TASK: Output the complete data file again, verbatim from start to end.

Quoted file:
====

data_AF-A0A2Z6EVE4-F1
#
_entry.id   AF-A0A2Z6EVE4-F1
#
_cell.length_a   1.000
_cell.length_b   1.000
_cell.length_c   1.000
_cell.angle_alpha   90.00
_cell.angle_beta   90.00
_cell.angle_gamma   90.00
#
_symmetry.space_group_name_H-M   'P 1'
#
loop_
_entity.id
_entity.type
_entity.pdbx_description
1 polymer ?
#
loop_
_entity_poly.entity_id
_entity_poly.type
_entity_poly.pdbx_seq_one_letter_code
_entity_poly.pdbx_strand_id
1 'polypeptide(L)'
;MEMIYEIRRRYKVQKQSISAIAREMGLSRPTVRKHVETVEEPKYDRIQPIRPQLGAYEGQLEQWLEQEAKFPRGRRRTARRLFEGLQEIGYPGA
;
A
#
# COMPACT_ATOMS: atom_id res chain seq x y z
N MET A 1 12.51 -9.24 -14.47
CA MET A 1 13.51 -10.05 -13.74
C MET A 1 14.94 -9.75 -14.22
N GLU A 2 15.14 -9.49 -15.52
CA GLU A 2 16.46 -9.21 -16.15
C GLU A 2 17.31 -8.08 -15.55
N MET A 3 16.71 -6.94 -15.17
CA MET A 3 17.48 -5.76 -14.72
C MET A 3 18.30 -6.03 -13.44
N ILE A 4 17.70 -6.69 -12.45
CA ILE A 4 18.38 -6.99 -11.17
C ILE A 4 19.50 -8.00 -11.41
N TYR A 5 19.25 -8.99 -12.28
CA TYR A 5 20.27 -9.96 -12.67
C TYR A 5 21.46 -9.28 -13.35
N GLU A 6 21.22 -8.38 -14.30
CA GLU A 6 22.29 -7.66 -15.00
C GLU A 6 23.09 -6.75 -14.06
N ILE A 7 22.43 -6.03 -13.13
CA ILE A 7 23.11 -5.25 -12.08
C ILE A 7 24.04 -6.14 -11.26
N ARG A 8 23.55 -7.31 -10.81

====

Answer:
data_AF-A0A2Z6EVE4-F1
#
_entry.id   AF-A0A2Z6EVE4-F1
#
_cell.length_a   1.000
_cell.length_b   1.000
_cell.length_c   1.000
_cell.angle_alpha   90.00
_cell.angle_beta   90.00
_cell.angle_gamma   90.00
#
_symmetry.space_group_name_H-M   'P 1'
#
loop_
_entity.id
_entity.type
_entity.pdbx_description
1 polymer ?
#
loop_
_entity_poly.entity_id
_entity_poly.type
_entity_poly.pdbx_seq_one_letter_code
_entity_poly.pdbx_strand_id
1 'polypeptide(L)'
;MEMIYEIRRRYKVQKQSISAIAREMGLSRPTVRKHVETVEEPKYDRIQPIRPQLGAYEGQLEQWLEQEAKFPRGRRRTARRLFEGLQEIGYPGA
;
A
#
# COMPACT_ATOMS: atom_id res chain seq x y z
N MET A 1 12.51 -9.24 -14.47
CA MET A 1 13.51 -10.05 -13.74
C MET A 1 14.94 -9.75 -14.22
N GLU A 2 15.14 -9.49 -15.52
CA GLU A 2 16.46 -9.21 -16.15
C GLU A 2 17.31 -8.08 -15.55
N MET A 3 16.71 -6.94 -15.17
CA MET A 3 17.48 -5.76 -14.72
C MET A 3 18.30 -6.03 -13.44
N ILE A 4 17.70 -6.69 -12.45
CA ILE A 4 18.38 -6.99 -11.17
C ILE A 4 19.50 -8.00 -11.41
N TYR A 5 19.25 -8.99 -12.28
CA TYR A 5 20.27 -9.96 -12.67
C TYR A 5 21.46 -9.28 -13.35
N GLU A 6 21.22 -8.38 -14.30
CA GLU A 6 22.29 -7.66 -15.00
C GLU A 6 23.09 -6.75 -14.06
N ILE A 7 22.43 -6.03 -13.13
CA ILE A 7 23.11 -5.25 -12.08
C ILE A 7 24.04 -6.14 -11.26
N ARG A 8 23.55 -7.31 -10.81